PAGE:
Arrowtown Area Guide
Arrowtown in Autumn - © Naturespic.com
The town sprung up in 1862, when gold was discovered in the Arrow River, and in the ensuing gold rush more than 7,000 Europeans and Chinese flooded into the area, seeking to make their fortunes. The Lakes District Museum in the historic Bank of New Zealand building on Buckingham Street paints an authentic picture of the gold rush days, and has artefacts from the Arrowtown Chinese Settlement on display.
Arrowtown's old heart has been beautifully restored, with many of the 19th century wooden miners' cottages in original condition. The Visitor Centre, in the same premises as the museum, has a good leaflet on the historic buildings of Arrowtown - many of which are unusually small and close together, perhaps because of the shortage of local timber. The evocative Chinese Settlement at the western end of Buckingham Street on the banks of Bush Creek is the most well preserved of New Zealand's Chinese mining communities, its focal point the 1883 Ah-Lum's Store, which sold European and Chinese goods, and operated as an opium den and bank.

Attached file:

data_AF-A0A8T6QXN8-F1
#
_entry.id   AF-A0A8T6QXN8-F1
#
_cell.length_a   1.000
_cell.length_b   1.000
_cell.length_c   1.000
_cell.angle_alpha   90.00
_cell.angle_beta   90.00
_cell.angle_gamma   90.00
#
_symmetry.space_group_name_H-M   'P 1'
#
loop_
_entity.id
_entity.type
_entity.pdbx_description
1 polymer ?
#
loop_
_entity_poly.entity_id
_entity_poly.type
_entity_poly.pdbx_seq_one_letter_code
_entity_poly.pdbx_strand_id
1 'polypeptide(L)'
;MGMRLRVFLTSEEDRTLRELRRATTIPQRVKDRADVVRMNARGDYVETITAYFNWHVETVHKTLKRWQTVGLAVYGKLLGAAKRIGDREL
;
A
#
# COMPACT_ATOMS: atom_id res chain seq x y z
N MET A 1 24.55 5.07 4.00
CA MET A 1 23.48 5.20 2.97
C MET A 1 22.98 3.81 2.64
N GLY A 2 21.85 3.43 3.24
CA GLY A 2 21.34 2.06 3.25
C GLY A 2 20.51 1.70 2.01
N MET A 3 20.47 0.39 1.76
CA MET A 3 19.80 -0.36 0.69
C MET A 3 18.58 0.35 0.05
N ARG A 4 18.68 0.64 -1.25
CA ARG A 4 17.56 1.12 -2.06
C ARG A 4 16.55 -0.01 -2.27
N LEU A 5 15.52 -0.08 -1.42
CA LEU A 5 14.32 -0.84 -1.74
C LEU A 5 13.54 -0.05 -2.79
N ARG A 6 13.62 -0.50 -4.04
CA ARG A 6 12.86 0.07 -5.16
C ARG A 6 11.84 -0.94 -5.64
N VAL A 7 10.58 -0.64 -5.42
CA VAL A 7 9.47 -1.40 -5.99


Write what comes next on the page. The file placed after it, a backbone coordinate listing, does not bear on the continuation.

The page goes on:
Within walking distance of the town are two sites used as locations for filming the Lord of the Rings: the Arrow River, which portrayed the Ford of Bruinen, where Arwen carried Frodo across the river on horseback with the Black Riders in pursuit; and the wide expanse of Wilcox Green, just a short walk away, which became the wintry Gladden Fields.
For an authentic ghost town atmosphere, travel 14 kilometres north from Arrowtown along the original miners' wagon track to the deserted old gold town of Macetown, where a few old buildings are all that remains of the once bustling town. The four-wheel-drive road to Macetown crosses the river more than 20 times, and is a popular route for mountain biking, horse trekking and hiking.